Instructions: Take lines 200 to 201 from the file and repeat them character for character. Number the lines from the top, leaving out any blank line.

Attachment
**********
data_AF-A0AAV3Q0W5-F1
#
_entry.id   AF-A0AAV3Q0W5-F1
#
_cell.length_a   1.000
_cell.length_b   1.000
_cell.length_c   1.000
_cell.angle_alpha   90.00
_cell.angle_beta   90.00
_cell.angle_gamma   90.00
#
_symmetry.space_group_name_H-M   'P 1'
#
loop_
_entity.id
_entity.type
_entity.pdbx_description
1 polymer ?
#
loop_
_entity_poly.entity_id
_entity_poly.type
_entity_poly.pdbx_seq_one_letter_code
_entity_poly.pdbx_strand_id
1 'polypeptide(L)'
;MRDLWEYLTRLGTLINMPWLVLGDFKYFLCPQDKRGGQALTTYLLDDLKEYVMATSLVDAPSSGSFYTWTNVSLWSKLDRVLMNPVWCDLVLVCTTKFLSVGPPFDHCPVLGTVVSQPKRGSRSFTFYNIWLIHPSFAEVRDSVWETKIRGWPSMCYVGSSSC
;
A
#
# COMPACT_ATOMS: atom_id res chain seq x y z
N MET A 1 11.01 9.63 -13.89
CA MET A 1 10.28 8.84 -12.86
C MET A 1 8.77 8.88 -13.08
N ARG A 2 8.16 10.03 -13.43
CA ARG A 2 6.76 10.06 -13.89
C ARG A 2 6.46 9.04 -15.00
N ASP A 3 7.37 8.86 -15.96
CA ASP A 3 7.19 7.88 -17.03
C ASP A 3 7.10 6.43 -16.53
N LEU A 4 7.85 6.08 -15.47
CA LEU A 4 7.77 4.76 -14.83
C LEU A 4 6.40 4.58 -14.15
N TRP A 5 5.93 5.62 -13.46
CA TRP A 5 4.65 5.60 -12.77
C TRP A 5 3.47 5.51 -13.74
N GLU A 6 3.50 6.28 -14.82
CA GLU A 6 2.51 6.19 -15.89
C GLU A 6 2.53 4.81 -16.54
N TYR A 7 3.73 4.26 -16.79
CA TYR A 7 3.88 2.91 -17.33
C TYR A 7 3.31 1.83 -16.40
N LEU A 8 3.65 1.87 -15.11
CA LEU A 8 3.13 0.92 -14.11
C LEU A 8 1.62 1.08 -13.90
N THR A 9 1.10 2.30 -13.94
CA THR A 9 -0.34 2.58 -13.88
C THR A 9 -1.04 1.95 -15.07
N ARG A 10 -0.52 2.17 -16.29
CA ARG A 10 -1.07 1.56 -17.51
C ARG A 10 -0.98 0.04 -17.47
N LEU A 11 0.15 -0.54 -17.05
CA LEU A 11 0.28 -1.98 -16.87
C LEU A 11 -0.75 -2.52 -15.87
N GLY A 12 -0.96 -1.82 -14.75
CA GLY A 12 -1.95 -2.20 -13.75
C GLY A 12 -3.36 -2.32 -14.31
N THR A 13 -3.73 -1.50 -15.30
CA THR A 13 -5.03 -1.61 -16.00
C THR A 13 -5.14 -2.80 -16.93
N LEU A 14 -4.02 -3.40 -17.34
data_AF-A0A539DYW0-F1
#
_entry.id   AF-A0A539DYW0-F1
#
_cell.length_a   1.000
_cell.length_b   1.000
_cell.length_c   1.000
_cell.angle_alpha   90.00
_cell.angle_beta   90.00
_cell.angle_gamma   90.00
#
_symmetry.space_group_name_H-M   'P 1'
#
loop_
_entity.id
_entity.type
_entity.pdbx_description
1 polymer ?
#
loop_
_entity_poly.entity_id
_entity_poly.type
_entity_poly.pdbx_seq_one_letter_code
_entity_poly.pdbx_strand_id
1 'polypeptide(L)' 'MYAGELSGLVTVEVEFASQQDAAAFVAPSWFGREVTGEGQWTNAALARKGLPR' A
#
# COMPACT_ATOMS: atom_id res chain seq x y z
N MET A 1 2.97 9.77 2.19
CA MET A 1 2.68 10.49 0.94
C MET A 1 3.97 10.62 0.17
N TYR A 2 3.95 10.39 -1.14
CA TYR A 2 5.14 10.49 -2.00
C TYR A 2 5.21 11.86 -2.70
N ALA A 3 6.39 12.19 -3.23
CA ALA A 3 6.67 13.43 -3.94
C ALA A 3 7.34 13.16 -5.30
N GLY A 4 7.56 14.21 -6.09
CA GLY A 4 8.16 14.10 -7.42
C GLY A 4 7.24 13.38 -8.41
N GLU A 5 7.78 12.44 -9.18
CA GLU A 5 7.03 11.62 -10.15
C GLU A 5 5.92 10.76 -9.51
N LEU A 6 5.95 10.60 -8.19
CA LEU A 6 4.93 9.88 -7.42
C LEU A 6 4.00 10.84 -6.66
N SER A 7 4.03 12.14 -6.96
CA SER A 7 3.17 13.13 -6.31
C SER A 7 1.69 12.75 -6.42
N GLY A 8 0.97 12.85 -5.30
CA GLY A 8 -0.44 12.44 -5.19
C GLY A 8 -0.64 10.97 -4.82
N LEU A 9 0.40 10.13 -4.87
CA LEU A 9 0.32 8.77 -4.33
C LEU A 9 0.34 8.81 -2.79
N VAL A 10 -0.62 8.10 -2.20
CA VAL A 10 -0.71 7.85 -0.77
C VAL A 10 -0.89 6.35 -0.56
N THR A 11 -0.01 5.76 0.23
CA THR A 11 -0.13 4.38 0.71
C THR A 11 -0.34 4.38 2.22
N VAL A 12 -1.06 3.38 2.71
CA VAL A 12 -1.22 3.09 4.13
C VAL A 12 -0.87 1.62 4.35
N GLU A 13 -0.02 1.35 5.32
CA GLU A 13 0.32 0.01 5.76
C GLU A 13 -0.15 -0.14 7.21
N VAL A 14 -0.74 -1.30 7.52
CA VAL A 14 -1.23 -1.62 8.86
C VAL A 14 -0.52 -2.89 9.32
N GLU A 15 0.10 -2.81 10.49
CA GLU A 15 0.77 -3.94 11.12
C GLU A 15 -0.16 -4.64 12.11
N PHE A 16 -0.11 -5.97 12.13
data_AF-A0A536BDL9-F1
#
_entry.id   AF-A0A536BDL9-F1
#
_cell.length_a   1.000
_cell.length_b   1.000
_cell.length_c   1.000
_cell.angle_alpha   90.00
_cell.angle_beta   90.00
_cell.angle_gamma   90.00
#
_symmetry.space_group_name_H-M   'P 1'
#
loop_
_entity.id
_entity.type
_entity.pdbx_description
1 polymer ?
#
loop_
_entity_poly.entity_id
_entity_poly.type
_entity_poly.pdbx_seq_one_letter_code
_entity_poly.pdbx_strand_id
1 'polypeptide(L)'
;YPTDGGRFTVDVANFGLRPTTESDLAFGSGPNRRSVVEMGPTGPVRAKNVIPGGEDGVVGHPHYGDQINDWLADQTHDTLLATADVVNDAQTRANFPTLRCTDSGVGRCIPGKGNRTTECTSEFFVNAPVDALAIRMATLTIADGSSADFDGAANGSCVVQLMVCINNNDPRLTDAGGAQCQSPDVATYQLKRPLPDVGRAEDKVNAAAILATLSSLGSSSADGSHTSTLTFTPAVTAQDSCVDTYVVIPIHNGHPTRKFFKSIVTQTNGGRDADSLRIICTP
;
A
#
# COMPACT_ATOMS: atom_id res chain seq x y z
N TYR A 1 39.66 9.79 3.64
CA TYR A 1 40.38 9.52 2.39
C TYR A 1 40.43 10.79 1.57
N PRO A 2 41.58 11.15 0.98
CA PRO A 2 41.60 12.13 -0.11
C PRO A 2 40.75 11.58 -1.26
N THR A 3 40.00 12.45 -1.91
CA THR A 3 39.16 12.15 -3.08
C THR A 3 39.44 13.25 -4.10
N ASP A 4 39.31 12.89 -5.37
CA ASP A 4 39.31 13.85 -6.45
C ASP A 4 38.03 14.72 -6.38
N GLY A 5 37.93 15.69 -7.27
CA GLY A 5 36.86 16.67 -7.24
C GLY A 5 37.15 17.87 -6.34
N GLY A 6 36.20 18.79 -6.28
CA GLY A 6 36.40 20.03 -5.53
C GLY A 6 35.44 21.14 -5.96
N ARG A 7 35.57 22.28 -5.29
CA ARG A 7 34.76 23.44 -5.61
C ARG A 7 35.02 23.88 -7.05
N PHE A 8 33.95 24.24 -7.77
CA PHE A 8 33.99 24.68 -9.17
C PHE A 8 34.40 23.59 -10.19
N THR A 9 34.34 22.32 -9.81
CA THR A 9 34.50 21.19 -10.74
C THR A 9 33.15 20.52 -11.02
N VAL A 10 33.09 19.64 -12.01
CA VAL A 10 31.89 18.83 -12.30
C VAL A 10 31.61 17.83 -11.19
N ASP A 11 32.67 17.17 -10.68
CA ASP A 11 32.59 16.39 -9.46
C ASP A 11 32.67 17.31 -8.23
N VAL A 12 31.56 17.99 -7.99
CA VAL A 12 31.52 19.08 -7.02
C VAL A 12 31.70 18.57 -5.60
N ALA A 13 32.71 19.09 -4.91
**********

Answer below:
C THR A 9 33.15 20.52 -11.02
N VAL A 10 33.09 19.64 -12.01